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Current perspectives on corneal collagen crosslinking (CXL)

  • Sandeepani K. Subasinghe
  • Kelechi C. Ogbuehi
  • George J. Dias
Review Article

Abstract

Corneal collagen crosslinking has revolutionized the treatment of keratoconus and post-refractive corneal ectasia in the past decade. Corneal crosslinking with riboflavin and ultraviolet A is proposed to halt the progression of keratectasia. In the original “Conventional Dresden Protocol” (C-CXL), the epithelium is removed prior to the crosslinking process to facilitate better absorption of riboflavin into the corneal stroma. Studies analyzing its short- and long-term outcomes revealed that although there are inconsistencies as to the effectiveness of this technique, the advantages prevail over the disadvantages. Therefore, corneal crosslinking (CXL) is widely used in current practice to treat keratoconus. In an attempt to improve the visual and topographical outcomes of C-CXL and to minimize time-related discomfort and endothelial-related side effects, various modifications such as accelerated crosslinking and transepithelial crosslinking methods have been introduced. The comparison of outcomes of these modified techniques with C-CXL has also returned contradictory results. Hence, it is difficult to clearly identify an optimal procedure that can overcome issues associated with the CXL. This review provides an up-to-date analysis on clinical and laboratory findings of these popular crosslinking protocols used in the treatment of keratoconus. It is evident from this review that in general, these modified techniques have succeeded in minimizing the immediate complications of the C-CXL technique. However, there were contradictory viewpoints regarding their effectiveness when compared with the conventional technique. Therefore, these modified techniques need to be further investigated to arrive at an optimal treatment option for keratoconus.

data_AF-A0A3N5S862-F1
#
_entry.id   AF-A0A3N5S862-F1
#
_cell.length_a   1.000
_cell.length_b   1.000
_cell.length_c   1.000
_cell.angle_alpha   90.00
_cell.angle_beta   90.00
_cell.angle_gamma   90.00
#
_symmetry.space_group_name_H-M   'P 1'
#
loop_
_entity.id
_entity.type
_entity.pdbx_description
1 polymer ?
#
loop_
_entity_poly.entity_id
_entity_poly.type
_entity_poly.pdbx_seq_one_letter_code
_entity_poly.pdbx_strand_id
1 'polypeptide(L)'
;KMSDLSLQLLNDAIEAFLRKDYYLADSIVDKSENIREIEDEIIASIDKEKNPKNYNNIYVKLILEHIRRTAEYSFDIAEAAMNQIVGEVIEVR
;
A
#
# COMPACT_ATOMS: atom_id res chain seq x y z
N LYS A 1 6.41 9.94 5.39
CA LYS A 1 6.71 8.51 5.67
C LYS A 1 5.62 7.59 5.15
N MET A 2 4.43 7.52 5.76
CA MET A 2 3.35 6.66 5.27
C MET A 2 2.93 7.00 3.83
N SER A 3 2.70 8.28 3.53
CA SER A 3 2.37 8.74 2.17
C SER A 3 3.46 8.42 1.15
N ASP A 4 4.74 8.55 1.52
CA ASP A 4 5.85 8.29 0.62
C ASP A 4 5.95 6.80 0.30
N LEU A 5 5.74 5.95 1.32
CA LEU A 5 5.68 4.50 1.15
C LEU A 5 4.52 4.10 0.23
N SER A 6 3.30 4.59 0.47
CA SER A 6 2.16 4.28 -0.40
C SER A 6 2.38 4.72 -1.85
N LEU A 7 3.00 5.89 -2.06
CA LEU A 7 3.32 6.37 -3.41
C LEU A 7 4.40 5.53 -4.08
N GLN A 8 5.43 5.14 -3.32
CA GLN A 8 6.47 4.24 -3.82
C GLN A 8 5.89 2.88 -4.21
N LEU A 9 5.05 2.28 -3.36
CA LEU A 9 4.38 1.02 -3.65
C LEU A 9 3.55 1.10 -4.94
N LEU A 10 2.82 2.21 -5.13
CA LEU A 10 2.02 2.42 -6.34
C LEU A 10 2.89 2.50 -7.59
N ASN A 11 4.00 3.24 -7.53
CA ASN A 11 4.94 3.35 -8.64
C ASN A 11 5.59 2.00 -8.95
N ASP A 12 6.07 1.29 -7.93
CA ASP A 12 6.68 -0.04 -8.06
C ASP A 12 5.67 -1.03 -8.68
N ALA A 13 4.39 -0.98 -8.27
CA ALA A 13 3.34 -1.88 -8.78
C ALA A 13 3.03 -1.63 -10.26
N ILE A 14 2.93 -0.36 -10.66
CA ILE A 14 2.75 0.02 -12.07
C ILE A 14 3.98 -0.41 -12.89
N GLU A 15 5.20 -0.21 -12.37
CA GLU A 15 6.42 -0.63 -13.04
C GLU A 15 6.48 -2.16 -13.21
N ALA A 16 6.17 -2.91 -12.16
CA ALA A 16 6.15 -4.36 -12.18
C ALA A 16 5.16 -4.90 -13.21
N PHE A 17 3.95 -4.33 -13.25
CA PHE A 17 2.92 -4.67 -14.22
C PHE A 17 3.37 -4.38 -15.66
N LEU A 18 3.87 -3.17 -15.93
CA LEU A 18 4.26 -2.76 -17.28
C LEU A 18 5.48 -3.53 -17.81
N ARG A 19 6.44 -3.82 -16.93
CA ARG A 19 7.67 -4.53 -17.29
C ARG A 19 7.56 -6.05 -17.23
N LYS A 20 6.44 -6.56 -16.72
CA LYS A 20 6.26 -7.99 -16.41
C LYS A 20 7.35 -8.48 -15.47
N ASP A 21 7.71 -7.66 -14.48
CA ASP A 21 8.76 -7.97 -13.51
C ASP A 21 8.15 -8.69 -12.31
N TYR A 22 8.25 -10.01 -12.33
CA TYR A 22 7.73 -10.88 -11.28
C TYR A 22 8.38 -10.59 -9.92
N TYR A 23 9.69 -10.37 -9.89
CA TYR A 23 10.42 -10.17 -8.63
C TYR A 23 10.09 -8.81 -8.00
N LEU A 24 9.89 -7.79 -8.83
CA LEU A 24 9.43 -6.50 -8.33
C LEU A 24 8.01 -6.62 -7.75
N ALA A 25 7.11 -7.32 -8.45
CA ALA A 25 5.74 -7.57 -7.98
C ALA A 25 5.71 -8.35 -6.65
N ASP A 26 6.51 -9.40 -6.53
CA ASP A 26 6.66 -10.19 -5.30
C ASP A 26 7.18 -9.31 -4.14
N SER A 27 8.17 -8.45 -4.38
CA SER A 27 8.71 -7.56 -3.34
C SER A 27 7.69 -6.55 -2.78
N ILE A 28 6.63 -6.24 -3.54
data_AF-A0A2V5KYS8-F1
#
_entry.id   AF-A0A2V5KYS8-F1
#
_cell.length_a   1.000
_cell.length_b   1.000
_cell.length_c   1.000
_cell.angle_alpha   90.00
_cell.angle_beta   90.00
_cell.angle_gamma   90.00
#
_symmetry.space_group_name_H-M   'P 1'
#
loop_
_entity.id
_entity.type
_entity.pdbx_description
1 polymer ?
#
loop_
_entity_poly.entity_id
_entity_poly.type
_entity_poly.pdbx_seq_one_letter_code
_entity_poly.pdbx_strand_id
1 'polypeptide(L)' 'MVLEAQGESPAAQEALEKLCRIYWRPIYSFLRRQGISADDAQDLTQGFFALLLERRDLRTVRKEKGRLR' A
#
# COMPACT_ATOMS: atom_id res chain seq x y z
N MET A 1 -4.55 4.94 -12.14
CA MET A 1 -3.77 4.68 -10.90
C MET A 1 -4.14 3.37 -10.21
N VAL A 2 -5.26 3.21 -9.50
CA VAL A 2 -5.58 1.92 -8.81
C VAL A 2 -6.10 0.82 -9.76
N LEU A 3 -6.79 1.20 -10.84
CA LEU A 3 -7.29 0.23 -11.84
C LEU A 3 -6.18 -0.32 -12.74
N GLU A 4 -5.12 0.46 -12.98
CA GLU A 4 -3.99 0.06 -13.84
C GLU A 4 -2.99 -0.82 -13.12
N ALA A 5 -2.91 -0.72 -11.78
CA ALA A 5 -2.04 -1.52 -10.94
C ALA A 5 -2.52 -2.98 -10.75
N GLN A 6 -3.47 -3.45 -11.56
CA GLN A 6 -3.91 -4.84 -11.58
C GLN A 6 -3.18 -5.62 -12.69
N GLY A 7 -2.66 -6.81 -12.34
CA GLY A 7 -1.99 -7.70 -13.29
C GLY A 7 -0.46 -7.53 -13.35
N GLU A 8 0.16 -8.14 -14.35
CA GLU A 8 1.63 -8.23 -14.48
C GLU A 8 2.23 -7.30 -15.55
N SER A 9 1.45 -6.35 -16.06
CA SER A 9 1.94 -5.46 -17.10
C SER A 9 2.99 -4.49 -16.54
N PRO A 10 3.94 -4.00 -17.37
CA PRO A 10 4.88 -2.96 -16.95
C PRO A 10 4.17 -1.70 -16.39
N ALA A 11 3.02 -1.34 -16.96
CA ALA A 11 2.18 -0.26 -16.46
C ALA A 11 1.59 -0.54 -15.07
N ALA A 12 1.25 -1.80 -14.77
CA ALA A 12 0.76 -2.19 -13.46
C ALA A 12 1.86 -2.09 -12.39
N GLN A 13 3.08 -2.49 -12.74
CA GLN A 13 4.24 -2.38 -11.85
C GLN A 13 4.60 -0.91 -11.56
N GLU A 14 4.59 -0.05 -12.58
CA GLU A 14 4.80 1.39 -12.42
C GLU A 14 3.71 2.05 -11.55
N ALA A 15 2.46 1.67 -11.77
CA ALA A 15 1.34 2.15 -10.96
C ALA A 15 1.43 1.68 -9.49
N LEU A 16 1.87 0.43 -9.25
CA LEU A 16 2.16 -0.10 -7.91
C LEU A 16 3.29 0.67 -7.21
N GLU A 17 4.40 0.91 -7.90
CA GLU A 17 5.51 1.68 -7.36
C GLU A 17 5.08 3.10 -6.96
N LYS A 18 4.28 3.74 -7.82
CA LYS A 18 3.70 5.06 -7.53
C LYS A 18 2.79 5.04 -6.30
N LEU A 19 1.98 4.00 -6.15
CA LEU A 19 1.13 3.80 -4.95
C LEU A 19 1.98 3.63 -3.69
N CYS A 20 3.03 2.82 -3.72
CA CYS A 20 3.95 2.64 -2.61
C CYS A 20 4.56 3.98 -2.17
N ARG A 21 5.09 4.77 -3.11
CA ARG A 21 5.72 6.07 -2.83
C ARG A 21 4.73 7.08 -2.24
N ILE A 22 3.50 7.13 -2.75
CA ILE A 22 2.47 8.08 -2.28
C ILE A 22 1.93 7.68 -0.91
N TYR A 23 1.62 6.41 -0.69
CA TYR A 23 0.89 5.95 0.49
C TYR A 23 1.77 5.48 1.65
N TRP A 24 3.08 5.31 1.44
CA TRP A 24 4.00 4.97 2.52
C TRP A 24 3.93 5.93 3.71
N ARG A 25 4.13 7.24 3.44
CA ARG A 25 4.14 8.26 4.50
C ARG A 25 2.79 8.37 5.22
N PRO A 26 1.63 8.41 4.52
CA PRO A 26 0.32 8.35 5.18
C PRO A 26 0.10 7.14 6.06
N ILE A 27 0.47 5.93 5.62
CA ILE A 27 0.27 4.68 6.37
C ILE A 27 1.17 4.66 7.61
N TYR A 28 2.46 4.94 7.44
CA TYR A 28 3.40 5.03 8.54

Keywords

Crosslinking Conventional crosslinking protocol Cornea Dresden protocol Keratoconus 

Notes

Acknowledgements

The authors would like to acknowledge Mr. Robbie McPhee (illustrator/graphic artist at the Department of Anatomy, University of Otago) for assisting with the images.

Compliance with ethical standards

Conflict of interest

The authors declare that they have no conflict of interest.

Ethical approval

This article does not contain any studies with human participants or animals performed by any of the authors.

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Copyright information

© Springer-Verlag GmbH Germany, part of Springer Nature 2018

Authors and Affiliations

  • Sandeepani K. Subasinghe
    • 1
  • Kelechi C. Ogbuehi
    • 2
  • George J. Dias
    • 1
  1. 1.Department of AnatomyUniversity of OtagoDunedinNew Zealand
  2. 2.Ophthalmology Section, Department of Medicine, Dunedin School of MedicineUniversity of OtagoDunedinNew Zealand

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